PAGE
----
The Book: Princeton Charlie’s Got the Blues (Mud City Press) is a historical novel set at Princeton during turbulent years from the late 1960s to early 1970s. The novel follows the lives of five students, three men and two women, through the ups and downs of political protests, the opening of coed dorms, experimentation with drugs, and individual romances. A conservative, largely white university in 1968 would become something entirely different by 1972. The inclusive Princeton of today is a direct result of the sea changes that occurred during these four years.

The Author: Dan Armstrong ’72 lives in Eugene, Oregon. He earned his undergraduate degree at Princeton in aerospace and mechanical sciences but has focused on the environment, promoting sustainable agriculture in Oregon’s Willamette Valley. He has worked as technical writer, a sportswriter, an editor, a painting contractor, and a novelist. Princeton Charlie’s Got the Blues is his 13th novel. Access to his writing is available at


The faintest tint of autumn colored the campus on a mild September evening in 1968. The sun, just above the horizon, shone in wide bright streaks through the trees and crenellated towers. Young men, all with promising futures, bustled along in spirited groups of three or four. They were the latest crop of high school graduates soon to get their first taste of what it meant to attend Princeton University. The young men, eight hundred and fifty-three in total, strode along with prep school friends or new roommates, glancing around, appraising their classmates as they made their way to Alexander Hall, where University President Robert Goheen would welcome them to one of the most highly respected private colleges in the world. It was an honor and a privilege to be there.

Many of the students wore tweed sportscoats, slacks, and penny loafers. A few wore ties. Some sported polo shirts with deck shoes. Others dressed in blue jeans with button-down shirts and desert boots. A handful showed off brand new black and orange sweatshirts. One student wore a cowboy hat, another a San Francisco Giants ball cap. And all of them were excited and somewhat anxious about what the next four years would bring, most imagining something momentous.

Perhaps a tenth of these new students came from elite prep schools like Lawrenceville or Choate or St. Paul’s or Andover or Exeter. Some of them knew each other and felt they belonged there. Maybe their father or their grandfather went to the same prep school and then on to Princeton. They were more confident and probably better prepared than most, and quite likely came from wealthy or well-connected families.

The other new freshmen were excellent students as well. Many came from large urban high schools or rigorous parochial schools, accustomed to competition and confident they were there for a reason. Some were top students from small rural high schools where the competition might not have been as tough or the teachers as demanding. Some of them wondered if they should be there at all. Some were geniuses from anywhere USA, with unique talents in mathematics or physics or language, young men with destinies seemingly already written. Some were athletes, also good students but with less glowing grades and SAT scores, worried, perhaps, about the challenges they would face when not on the court or the playing field. Some were outgoing born leaders, who had been student council presidents or merit scholars. Some were introverted, nervous, and shy, hoping to find a niche in the high altitude of the Ivy League. Forty-five were Black. Not nearly as many were Asian. Less than ten were Hispanic. Maybe two were Native American. One was blind, and none were women.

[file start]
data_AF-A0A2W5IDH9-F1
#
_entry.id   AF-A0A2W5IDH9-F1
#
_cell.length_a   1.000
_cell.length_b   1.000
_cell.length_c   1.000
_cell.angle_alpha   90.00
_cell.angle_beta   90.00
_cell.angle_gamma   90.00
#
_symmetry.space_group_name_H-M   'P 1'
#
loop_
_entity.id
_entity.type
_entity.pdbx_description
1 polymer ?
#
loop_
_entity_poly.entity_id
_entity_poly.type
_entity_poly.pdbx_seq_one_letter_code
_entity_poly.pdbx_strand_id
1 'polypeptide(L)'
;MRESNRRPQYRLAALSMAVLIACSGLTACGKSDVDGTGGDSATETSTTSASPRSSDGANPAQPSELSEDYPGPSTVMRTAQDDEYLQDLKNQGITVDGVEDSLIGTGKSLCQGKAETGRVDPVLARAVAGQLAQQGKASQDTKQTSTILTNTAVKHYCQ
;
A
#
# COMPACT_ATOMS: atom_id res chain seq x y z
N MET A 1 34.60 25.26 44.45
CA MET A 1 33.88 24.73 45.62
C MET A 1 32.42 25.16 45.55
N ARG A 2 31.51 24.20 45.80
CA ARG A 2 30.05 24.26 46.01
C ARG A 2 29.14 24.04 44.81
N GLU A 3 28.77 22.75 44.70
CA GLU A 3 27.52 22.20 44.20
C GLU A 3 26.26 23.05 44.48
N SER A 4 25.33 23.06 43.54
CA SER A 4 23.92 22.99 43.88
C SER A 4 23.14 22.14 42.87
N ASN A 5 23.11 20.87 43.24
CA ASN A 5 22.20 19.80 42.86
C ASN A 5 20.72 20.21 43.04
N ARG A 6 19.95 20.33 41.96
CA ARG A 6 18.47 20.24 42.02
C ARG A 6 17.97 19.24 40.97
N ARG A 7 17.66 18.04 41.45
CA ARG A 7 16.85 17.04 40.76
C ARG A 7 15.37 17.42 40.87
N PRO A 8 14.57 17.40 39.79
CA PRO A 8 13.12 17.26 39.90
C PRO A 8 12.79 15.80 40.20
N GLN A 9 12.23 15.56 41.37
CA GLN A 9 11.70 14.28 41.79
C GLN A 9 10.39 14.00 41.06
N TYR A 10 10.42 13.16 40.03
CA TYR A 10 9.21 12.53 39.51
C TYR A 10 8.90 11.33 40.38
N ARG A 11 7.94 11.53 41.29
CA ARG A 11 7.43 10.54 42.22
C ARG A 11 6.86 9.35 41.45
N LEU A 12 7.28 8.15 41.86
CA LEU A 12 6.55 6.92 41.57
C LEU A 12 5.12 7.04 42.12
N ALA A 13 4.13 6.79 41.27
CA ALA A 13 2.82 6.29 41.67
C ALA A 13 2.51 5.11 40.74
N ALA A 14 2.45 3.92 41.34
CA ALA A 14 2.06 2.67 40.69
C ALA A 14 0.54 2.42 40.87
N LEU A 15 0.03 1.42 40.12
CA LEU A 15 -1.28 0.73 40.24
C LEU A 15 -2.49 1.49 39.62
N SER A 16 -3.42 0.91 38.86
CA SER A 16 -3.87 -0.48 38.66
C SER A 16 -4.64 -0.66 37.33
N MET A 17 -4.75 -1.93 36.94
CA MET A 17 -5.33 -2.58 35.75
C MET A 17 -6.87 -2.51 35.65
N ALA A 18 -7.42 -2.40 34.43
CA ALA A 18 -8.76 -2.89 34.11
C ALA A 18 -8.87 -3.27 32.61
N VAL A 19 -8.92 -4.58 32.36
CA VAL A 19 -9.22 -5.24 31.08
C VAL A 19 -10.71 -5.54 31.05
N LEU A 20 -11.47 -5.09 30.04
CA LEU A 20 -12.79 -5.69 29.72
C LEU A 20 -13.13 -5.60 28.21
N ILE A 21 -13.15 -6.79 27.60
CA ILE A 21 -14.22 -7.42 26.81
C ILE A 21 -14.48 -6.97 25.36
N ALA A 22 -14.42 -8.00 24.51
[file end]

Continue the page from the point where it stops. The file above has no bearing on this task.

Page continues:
By appearance, the class of 1972 mirrored the changing and uneasy times of the late 1960s. The majority were clean cut typical Princeton freshmen, white and conservative, with short or neatly parted hair, but quite a few sported beards or mustaches and fashionably longer hair. A handful or two had extremely long hair, perhaps sideburns and maybe a string of beads or kicked down the walkway in bellbottoms.

Clouds of cigarette smoke appeared periodically here and there among the clusters of students. Names and catcalls were shouted at random, hey Jim, hey Walt, hey douche bag, as they hustled along to the curious Romanesque auditorium of granite and brown sandstone in the center of campus. A sprawling four-story building, bracketed by two cylindrical, cone-capped towers, Alexander Hall seemed misplaced amid the gothic architecture of the university. A large, round, stained-glass window decorated the face of the building. Below, two brown sandstone arches with their double doors propped open welcomed the new students eagerly streaming in.

The auditorium held nine hundred, with six hundred seats fanned out on the main floor and three hundred more in the wrap around balcony. The stage, large enough for a theatrical performance, was empty except for a podium and five chairs behind it for the speakers. The atmosphere in the building vibrated with a sense of tradition and thrill as the young men found their seats, still assessing each other, some in awe, some looking for faces they recognized.